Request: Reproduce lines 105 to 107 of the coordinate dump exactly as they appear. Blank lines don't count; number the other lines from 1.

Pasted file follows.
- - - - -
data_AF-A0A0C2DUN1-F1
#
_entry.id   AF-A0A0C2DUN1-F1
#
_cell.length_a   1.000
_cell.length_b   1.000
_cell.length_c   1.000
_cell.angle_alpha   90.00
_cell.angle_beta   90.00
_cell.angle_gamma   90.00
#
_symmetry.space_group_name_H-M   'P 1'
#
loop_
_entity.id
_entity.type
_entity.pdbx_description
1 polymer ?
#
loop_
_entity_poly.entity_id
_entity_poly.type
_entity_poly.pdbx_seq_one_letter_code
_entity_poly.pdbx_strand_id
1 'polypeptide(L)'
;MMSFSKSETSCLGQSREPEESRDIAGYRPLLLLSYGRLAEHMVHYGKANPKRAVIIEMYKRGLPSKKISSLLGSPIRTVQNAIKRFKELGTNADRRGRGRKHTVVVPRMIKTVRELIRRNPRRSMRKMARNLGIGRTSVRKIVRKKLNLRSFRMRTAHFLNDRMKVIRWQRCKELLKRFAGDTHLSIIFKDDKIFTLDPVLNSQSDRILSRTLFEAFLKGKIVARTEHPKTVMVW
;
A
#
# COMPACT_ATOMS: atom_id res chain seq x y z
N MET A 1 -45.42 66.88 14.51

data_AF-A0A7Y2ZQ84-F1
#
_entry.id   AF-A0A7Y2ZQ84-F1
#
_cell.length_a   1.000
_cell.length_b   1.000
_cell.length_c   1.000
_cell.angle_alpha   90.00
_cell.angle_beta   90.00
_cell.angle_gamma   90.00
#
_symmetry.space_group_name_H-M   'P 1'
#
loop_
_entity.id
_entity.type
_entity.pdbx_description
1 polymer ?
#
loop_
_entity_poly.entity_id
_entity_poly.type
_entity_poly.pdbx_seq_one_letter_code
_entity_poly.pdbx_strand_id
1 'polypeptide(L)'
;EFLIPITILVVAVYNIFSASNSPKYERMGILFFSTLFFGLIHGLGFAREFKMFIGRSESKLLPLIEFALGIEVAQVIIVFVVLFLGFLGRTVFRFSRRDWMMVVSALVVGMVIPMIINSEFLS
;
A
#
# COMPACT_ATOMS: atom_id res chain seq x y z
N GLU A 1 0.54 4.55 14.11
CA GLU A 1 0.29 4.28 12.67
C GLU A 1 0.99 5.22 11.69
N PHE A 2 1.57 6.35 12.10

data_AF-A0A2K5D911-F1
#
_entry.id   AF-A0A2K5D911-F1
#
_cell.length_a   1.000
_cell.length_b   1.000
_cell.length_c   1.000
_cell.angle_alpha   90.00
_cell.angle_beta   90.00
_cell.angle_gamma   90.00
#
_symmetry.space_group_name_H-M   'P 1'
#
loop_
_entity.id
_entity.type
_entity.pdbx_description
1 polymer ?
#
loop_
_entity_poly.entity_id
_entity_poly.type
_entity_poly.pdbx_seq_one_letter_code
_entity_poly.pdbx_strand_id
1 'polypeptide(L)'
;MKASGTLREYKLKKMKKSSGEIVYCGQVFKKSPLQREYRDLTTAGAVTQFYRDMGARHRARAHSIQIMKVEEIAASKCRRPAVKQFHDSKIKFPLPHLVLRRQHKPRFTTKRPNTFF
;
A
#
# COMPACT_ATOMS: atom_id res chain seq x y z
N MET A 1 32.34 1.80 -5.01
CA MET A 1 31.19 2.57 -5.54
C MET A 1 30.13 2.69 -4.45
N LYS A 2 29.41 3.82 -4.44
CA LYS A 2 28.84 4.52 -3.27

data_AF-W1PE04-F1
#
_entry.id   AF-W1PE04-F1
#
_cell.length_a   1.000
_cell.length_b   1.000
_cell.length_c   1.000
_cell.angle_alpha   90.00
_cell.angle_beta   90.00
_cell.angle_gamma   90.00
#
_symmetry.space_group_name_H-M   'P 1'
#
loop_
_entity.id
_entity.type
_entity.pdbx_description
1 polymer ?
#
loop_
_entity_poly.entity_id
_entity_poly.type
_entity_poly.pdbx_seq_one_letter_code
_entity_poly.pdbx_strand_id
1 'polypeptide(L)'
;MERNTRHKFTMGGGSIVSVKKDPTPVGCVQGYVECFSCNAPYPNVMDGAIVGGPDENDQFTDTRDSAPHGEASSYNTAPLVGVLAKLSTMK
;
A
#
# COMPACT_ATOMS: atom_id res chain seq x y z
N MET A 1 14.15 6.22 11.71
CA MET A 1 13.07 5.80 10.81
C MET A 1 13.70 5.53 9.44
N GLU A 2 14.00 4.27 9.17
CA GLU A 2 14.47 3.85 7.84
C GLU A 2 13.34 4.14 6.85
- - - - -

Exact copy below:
_cell.length_a   1.000
_cell.length_b   1.000
_cell.length_c   1.000